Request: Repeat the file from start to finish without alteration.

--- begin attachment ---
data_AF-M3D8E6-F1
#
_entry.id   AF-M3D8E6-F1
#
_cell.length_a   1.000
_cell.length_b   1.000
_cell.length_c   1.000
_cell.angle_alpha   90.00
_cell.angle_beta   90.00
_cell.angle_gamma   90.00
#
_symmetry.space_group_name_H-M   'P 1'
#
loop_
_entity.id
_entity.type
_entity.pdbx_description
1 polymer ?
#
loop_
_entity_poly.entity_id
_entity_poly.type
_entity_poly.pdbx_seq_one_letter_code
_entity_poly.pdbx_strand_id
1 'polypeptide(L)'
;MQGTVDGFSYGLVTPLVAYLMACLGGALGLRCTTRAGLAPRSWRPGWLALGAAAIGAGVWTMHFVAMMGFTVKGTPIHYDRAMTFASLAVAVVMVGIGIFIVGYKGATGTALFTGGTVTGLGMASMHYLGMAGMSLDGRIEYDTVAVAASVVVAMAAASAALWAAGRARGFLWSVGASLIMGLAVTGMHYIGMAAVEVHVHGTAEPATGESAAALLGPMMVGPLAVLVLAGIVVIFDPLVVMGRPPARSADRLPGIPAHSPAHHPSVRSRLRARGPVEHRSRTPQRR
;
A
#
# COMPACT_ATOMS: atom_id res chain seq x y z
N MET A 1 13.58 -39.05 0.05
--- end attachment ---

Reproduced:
data_AF-M3D8E6-F1
#
_entry.id   AF-M3D8E6-F1
#
_cell.length_a   1.000
_cell.length_b   1.000
_cell.length_c   1.000
_cell.angle_alpha   90.00
_cell.angle_beta   90.00
_cell.angle_gamma   90.00
#
_symmetry.space_group_name_H-M   'P 1'
#
loop_
_entity.id
_entity.type
_entity.pdbx_description
1 polymer ?
#
loop_
_entity_poly.entity_id
_entity_poly.type
_entity_poly.pdbx_seq_one_letter_code
_entity_poly.pdbx_strand_id
1 'polypeptide(L)'
;MQGTVDGFSYGLVTPLVAYLMACLGGALGLRCTTRAGLAPRSWRPGWLALGAAAIGAGVWTMHFVAMMGFTVKGTPIHYDRAMTFASLAVAVVMVGIGIFIVGYKGATGTALFTGGTVTGLGMASMHYLGMAGMSLDGRIEYDTVAVAASVVVAMAAASAALWAAGRARGFLWSVGASLIMGLAVTGMHYIGMAAVEVHVHGTAEPATGESAAALLGPMMVGPLAVLVLAGIVVIFDPLVVMGRPPARSADRLPGIPAHSPAHHPSVRSRLRARGPVEHRSRTPQRR
;
A
#
# COMPACT_ATOMS: atom_id res chain seq x y z
N MET A 1 13.58 -39.05 0.05